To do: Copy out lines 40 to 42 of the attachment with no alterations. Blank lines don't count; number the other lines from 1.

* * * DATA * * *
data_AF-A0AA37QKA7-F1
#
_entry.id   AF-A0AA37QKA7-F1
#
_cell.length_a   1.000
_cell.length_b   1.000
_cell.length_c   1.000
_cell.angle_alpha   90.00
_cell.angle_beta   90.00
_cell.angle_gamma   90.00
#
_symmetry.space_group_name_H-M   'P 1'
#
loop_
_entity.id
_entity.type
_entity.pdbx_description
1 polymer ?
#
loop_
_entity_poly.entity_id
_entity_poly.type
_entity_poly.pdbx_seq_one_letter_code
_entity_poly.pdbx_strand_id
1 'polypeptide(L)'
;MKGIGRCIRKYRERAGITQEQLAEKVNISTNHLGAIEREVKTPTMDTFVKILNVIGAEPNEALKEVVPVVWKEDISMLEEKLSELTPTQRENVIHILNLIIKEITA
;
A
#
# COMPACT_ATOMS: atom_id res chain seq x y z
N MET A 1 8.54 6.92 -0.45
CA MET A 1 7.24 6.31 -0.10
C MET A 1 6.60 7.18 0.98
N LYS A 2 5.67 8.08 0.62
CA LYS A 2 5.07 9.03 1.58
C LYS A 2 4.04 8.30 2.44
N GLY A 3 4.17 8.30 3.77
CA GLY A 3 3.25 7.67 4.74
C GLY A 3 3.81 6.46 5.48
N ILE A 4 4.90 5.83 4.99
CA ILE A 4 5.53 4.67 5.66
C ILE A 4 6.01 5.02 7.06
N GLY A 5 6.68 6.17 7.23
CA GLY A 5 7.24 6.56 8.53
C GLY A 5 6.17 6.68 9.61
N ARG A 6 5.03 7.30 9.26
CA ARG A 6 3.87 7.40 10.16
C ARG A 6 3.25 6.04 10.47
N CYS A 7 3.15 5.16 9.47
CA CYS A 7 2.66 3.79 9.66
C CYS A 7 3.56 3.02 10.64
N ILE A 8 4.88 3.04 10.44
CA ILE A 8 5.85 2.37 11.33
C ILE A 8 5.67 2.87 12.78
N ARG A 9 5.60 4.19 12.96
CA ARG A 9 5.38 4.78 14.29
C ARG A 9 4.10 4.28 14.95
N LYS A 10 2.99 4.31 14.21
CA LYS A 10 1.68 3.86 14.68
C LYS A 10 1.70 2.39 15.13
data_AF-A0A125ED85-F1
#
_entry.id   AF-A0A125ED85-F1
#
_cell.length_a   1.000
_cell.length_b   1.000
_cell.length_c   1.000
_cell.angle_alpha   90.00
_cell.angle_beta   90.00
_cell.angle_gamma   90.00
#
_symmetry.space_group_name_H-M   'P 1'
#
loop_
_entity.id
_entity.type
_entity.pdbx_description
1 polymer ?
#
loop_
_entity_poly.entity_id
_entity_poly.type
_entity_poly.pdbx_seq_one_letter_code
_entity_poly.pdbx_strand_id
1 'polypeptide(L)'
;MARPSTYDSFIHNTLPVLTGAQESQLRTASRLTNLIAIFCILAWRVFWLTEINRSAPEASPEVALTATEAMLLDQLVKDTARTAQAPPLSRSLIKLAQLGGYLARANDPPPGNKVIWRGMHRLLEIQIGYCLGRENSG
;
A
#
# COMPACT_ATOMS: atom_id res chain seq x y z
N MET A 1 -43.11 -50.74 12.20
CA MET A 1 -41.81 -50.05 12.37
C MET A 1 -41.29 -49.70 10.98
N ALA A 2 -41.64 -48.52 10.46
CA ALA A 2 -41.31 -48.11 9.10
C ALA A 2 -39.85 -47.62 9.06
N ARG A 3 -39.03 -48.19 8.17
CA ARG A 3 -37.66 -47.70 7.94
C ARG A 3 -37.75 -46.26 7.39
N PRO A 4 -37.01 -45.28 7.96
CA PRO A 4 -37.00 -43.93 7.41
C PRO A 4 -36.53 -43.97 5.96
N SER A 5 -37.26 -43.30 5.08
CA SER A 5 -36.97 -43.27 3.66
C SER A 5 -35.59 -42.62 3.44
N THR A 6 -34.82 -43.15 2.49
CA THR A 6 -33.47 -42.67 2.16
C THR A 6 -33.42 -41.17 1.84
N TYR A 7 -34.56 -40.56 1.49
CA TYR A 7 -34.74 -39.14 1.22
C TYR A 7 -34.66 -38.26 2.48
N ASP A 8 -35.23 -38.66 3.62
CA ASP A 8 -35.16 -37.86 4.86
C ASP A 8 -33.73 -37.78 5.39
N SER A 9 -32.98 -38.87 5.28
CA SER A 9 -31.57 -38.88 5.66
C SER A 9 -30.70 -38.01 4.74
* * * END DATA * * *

N ILE A 4 4.90 5.83 4.99
CA ILE A 4 5.53 4.67 5.66
C ILE A 4 6.01 5.02 7.06